Missouri lawmakers referred the measure to the ballot last year. It will appear on the November ballot unless Gov. Jay Nixon moves up the date. North Dakota voters approved similar constitutional protection in 2012.

Sunday, 26 January 2014 10:16
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KANSAS CITY, Mo. (AP) — Missouri is going to begin picking up the tab for students to take the ACT college entrance exam and dramatically reduce the amount of time some elementary and middle school students spend taking state assessments.

When the changes take effect next school year, Missouri will join more than a dozen states that already offer the ACT test to all their students. Missouri plans to offer the test once, free of charge to high school juniors.

Elementary and middle school students also will see changes as the state switches to new assessments tied to the Common Core standards for math and reading. Students in third, fourth, sixth and seventh grades will take a one-hour version of the test. Only fifth- and eighth-graders will take a longer seven-hour version.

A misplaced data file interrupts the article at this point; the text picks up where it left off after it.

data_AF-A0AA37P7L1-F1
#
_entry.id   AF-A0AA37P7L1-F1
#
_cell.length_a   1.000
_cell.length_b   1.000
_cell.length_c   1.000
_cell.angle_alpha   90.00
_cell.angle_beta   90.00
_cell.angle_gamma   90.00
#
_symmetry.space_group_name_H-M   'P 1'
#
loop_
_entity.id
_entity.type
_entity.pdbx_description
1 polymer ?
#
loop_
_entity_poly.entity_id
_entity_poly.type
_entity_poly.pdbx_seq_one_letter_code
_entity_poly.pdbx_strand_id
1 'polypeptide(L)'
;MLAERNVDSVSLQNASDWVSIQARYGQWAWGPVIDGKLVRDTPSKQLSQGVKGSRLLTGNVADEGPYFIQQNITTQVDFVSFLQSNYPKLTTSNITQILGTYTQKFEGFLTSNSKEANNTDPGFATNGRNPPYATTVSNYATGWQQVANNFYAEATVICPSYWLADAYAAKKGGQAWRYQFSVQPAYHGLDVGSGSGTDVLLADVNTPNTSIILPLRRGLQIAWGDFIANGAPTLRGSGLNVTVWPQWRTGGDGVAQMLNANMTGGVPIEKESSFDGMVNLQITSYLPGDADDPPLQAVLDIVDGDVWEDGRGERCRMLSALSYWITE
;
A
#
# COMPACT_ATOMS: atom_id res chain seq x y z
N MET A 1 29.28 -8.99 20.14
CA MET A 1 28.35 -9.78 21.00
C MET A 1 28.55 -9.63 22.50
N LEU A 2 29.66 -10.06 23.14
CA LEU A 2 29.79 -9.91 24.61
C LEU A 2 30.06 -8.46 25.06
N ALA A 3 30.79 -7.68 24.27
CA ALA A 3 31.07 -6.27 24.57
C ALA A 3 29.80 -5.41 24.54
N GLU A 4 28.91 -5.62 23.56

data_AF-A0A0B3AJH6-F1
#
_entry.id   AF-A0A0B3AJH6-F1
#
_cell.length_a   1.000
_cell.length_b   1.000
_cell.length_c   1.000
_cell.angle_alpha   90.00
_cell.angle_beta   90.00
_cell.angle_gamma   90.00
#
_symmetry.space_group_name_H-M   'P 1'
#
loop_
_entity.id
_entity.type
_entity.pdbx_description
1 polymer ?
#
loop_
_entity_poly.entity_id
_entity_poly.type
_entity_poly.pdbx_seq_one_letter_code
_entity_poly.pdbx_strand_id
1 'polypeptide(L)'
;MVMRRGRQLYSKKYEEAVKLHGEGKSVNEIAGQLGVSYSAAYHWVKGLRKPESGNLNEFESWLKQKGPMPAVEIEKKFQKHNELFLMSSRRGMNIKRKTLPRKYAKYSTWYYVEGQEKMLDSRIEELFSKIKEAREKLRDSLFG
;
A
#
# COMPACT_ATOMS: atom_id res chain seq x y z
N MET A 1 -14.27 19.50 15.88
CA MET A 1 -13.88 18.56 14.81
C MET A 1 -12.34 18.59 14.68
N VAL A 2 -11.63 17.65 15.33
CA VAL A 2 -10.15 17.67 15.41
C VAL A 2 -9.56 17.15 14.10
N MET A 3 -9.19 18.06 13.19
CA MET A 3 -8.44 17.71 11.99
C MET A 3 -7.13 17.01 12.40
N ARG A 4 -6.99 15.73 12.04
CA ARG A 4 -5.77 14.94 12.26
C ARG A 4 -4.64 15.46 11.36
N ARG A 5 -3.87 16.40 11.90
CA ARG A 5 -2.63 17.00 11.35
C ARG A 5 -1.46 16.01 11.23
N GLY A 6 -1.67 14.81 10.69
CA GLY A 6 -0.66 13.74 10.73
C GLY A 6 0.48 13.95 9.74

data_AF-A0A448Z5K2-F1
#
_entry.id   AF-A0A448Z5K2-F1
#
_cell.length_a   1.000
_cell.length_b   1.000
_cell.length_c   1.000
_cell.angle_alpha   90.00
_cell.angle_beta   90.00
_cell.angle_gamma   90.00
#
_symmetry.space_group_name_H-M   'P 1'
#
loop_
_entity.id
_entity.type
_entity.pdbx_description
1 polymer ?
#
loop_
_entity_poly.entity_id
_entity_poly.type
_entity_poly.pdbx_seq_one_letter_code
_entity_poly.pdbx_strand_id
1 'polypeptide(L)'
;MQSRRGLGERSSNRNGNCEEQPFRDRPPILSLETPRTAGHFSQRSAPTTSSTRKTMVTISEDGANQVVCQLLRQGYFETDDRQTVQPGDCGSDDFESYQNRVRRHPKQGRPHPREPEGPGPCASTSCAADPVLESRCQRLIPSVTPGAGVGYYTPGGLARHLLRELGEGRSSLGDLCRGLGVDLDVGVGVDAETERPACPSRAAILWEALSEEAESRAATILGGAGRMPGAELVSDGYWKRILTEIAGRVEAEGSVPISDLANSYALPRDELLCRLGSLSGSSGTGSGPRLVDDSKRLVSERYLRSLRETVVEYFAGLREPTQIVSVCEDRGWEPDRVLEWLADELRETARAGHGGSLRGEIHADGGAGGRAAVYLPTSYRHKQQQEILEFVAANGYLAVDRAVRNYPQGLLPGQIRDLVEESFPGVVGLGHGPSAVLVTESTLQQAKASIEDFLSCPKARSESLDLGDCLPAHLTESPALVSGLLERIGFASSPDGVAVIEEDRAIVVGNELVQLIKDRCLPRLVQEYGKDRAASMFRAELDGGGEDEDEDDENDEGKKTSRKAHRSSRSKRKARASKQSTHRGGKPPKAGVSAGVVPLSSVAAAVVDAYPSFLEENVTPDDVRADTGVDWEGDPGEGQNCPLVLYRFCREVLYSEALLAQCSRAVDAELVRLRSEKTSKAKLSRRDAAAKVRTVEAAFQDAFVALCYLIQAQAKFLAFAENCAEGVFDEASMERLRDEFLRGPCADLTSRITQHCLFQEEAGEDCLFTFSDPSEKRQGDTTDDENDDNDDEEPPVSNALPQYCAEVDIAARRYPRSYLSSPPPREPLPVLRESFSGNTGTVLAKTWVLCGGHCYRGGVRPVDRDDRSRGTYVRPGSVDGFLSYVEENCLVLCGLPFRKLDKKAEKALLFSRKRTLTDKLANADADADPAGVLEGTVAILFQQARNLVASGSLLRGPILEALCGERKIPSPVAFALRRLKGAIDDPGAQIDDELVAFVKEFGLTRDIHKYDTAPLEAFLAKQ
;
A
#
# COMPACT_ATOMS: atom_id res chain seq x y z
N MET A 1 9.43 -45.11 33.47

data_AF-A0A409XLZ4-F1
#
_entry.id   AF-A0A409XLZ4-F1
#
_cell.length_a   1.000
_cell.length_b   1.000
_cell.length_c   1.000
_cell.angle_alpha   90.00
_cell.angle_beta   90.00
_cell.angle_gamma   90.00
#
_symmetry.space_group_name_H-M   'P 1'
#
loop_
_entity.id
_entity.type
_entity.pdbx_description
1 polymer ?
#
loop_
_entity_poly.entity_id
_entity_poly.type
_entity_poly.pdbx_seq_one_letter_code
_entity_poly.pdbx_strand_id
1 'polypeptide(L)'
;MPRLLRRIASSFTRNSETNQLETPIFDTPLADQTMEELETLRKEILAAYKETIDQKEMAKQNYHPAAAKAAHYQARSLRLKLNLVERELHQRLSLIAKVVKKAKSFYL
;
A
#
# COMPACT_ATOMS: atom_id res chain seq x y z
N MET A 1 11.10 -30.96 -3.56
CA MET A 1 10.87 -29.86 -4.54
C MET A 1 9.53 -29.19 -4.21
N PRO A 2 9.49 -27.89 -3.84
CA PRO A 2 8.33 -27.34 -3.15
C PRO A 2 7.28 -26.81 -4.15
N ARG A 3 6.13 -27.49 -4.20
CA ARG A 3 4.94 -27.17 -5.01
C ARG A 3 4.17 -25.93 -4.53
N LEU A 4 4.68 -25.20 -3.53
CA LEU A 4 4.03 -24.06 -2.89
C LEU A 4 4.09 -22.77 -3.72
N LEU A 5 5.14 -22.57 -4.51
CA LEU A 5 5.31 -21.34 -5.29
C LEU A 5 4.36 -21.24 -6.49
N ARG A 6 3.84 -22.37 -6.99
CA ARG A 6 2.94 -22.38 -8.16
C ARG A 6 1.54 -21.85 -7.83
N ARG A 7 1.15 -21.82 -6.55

Sunday, 26 January 2014 10:13
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COLUMBIA, Mo. (AP) — University of Missouri System President Tim Wolfe says he'll recommend that tuition at the system's four campuses not increase for the 2014-15 school year.

The St. Louis Post-Dispatch reports that Wolfe told the Post-Dispatch editorial board Friday he'd send his recommendation to the Board of Trustees, who would likely take up the matter at a meeting next week.

The last time tuition remained flat was four years ago. The university system's curators had been moving ahead on a plan that would have called for a 1.5 percent tuition increase.

Wolfe's recommendation comes after Gov. Jay Nixon proposed earlier this week to put more than $80 million into higher education. But in exchange, Nixon called on Missouri colleges and universities not to raise costs.

Sunday, 26 January 2014 10:11